I’ve said this before and I’ll say it a million times, download Maps.me, like, now. Google Maps is fine, but Maps.me is better. Even if you’re not connected to wifi, you can look up directions to wherever you want to go, and you can use the offline GPS to make sure you’re still on track.

WHAT TO BRING
  • Food – many of the #fancy wineries have food, but if you’re on a tight budget, I recommend packing a lunch and snacks
  • Large water bottle
  • Backpack – tourists are warned not to use the baskets on the bikes, as there have been incidents where people’s belongings were snatched by pedestrians
Wineries

Bodega Domiciano

Small, family-run winery offering a standard 30-minute tour proceeded by a tasting with 3 different wines.

Distance from Maipú Bikes: North 1.2 miles / 2 km

Cost: AR $150 ($5.50 USD); tasting included

Reservation needed: No

Bodega La Rural

Bodega La Rural is part-winery, part-museum. They offer 30-minute tours at 10, noon, 2, and 4 each day. They discuss the history of wine-making in Mendoza and have displays of the equipment they used to make wine “back in the day.” It was interesting and a different from the rest of the wineries that only talk about the wine-making process.

The AR $220 price tag might seem steep at first, but this can be used as a credit to purchase a bottle of wine at the end. Considering the tour, tasting, and a bottle of wine are all included in the price, this tour is an excellent value.

Distance from Maipú Bikes: North 1 mile / 1.6 km

Cost: AR $220 ($8 USD) which can be redeemed for credit in their wine shop

Reservation needed: No

Ave Maria Purisima

Small, family-run winery with excellent reviews.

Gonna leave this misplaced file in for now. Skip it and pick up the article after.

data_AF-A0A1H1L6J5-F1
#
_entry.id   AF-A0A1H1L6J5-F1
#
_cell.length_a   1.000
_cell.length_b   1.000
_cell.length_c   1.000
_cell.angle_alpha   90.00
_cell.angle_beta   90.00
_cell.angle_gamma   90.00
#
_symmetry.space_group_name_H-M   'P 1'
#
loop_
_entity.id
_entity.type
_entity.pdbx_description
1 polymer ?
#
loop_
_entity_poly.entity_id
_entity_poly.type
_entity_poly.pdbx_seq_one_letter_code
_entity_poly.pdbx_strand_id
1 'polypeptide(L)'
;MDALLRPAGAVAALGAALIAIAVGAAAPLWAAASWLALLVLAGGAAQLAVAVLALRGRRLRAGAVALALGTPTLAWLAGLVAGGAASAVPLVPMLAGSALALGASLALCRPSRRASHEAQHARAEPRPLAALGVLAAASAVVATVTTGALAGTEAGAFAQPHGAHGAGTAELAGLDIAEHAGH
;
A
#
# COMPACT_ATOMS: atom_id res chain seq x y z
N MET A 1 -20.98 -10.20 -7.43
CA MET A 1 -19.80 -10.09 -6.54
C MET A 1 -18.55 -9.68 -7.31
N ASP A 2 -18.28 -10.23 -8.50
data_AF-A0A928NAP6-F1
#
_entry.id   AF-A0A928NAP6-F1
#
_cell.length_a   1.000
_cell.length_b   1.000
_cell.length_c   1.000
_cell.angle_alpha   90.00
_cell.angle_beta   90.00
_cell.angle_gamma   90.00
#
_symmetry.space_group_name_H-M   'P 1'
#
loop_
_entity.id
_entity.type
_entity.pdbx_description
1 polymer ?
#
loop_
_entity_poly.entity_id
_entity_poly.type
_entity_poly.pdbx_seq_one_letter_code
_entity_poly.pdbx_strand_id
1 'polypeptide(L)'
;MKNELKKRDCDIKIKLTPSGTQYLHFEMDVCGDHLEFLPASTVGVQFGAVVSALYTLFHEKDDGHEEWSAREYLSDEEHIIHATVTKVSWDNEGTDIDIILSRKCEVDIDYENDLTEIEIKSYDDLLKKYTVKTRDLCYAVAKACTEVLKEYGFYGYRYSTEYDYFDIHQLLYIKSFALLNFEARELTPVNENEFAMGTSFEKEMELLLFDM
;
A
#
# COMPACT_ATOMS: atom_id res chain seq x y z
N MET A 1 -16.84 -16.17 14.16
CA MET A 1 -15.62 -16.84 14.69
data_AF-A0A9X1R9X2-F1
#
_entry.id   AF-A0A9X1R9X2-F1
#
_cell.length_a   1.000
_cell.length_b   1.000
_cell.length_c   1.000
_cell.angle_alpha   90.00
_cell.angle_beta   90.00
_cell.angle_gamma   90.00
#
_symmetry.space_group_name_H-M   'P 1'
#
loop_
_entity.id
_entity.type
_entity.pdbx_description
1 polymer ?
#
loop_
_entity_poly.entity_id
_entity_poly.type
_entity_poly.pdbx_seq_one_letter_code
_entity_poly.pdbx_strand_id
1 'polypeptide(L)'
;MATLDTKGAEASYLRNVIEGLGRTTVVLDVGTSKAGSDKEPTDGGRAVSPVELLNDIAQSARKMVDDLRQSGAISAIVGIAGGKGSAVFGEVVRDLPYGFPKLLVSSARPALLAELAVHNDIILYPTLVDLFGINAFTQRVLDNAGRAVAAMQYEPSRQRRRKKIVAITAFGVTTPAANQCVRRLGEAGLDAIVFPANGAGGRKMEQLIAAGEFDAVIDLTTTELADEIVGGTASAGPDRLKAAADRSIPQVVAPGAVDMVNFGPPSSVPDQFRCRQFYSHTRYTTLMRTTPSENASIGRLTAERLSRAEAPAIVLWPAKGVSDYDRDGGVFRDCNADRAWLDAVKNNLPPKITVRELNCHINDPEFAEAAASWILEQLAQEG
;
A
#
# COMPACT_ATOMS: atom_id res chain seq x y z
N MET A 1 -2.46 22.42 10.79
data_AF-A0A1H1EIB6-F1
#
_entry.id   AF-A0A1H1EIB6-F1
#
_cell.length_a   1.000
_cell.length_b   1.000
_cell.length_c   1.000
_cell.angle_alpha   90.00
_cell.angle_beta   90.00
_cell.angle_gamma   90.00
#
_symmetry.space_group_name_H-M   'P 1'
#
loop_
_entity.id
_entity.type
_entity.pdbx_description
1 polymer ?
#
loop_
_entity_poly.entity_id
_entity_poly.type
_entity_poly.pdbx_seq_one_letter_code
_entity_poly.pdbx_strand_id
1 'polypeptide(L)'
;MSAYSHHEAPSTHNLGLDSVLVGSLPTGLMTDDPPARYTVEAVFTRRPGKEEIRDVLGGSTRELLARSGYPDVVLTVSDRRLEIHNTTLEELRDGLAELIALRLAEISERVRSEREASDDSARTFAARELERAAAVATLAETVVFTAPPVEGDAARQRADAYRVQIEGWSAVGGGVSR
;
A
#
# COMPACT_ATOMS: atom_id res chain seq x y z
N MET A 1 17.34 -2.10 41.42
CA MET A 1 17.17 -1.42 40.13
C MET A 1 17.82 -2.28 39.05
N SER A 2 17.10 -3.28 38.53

Distance from Maipú Bikes: West 1 mile / 1.6 km

Reservation needed: No

Bodega Trapiche

Trapiche is Argentina’s largest fine wine exporter. We tried to do a tour here, but we didn’t have a reservation and the tours were all full for the day. While I can’t speak from personal experience, the tour has a reputation for being more formal compared to some of the smaller wineries, in a good way! In general, I recommend visiting wineries of various sizes– otherwise the tours can start to feel a bit repetitive.

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Photo Credit

Distance from Maipú Bikes: South 1 mile / 1.6 km

Cost: AR $150 ($5.50 USD); tasting included

Reservation needed: Yes! Book online here.

Patio Cervecero

If you need a break from wine, stop here for some pizza and a beer on their outdoor patio!

Distance from Maipú Bikes: South 1.7miles / 2.8 km

Reservation needed: No

Tempus Alba

Tempus Alba is a medium-sized winery offering free self-guided tours as well as private tours. You can quickly buzz through the self-guided tour before taking a seat on their pretty outdoor patio overlooking the vineyards, where they offer a couple of different wine tasting options starting at AR $100 ($3.67 USD), as well as food.

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Photo Credit

Distance from Maipú Bikes: South 3.1 miles / 5 km

Cost: Free self-guided tour, tastings AR $100 and up

Reservation needed: Yes, for private tours only. No reservation is needed for the self-guided tour & tasting

Viña el Cerno

Recommended by the guys at Maipú Bikes, this small, family-owned and all-natural vineyard was our first stop of the day. Our tour was given by the daughter of the owners, which gave it a very intimate feel. After a short tour of the facility and explaining their process, we had the tasting and she went very in-depth about the philosophical meaning behind each of their wines. Unique and budget-friendly, I recommend stopping here.

Distance from Maipu Bikes: South 3.2 miles / 5.2 km

Cost: ARS $90, includes tasting of 3 wines

Reservation needed: No

Finca Mevi

Finca Mevi has a reputation for giving little to no explanation about their wines, but this upscale bodega’s incredible mountain views make it a pleasant place to chill and relax.

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Photo Credit

Distance from Maipú Bikes: South 3.6 miles / 5.9km

Reservation needed: No

READ MORE

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Recap: Argentina

One Reply to “A GUIDE TO WINERY-HOPPING IN MENDOZA, ARGENTINA”

  1. After reading this I miss Mendoza. Went some 8 years ago. Just turned 18, traveled around Argentina for a month (while still in school haha). I have no idea how my dad let me board that plane – but I had a blast!!! Keep working hard on your blog. It takes time, patience (and a lot of frustration 😅) #glt

    Like